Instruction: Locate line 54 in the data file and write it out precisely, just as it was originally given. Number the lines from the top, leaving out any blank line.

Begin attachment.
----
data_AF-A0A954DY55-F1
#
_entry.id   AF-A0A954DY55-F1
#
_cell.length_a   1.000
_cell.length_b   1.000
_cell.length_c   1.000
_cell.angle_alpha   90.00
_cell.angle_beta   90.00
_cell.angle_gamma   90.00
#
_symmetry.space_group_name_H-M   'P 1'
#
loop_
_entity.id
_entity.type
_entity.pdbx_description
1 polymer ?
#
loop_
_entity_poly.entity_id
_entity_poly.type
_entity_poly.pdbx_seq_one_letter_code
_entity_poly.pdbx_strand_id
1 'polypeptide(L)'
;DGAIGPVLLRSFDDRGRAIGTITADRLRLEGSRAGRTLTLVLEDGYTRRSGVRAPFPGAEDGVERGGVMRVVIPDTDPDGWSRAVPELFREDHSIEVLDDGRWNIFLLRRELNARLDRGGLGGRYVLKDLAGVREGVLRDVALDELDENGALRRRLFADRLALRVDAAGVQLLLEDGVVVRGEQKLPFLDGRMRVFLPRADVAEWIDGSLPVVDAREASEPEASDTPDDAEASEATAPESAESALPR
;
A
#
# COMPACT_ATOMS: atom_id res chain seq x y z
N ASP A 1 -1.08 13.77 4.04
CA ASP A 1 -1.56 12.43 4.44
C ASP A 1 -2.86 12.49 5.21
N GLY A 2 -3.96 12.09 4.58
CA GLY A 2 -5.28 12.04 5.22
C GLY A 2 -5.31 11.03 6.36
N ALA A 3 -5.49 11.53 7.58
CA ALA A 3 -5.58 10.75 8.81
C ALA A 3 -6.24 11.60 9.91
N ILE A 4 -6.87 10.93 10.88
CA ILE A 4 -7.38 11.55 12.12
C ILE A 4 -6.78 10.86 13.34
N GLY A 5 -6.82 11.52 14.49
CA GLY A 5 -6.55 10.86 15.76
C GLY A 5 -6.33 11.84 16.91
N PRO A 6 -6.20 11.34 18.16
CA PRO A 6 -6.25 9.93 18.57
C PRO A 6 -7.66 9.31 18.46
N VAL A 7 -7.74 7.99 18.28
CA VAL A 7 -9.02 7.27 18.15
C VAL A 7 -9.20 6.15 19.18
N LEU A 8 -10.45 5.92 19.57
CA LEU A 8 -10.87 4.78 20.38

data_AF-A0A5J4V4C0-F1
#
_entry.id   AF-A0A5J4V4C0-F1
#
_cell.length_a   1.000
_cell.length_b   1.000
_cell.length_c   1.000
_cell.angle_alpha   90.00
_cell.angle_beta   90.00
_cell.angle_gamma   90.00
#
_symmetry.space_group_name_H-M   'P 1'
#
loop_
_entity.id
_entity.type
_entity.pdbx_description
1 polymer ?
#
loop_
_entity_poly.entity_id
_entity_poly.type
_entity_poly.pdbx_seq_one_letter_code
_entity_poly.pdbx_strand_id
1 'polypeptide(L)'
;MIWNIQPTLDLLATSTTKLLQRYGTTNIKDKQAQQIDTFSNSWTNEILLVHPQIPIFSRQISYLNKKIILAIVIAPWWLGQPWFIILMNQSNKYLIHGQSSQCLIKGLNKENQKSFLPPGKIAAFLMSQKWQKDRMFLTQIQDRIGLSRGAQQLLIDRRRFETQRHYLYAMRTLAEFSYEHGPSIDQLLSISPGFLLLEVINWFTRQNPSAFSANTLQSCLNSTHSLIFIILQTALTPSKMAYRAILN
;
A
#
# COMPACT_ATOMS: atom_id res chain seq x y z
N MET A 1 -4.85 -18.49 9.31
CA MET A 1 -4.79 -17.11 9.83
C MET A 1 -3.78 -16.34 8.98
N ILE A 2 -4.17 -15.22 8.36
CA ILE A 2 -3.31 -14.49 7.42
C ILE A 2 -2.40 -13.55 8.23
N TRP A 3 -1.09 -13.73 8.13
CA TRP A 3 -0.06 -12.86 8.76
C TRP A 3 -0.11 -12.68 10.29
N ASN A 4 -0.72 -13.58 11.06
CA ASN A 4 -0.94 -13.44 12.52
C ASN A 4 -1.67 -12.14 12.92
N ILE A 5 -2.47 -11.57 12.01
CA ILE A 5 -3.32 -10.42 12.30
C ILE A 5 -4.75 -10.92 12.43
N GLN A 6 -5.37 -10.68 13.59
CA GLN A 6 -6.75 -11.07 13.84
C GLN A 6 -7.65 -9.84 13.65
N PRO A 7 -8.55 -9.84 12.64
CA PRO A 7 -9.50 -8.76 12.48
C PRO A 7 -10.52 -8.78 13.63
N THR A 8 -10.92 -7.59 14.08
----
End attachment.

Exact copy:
data_AF-A0A5J4V4C0-F1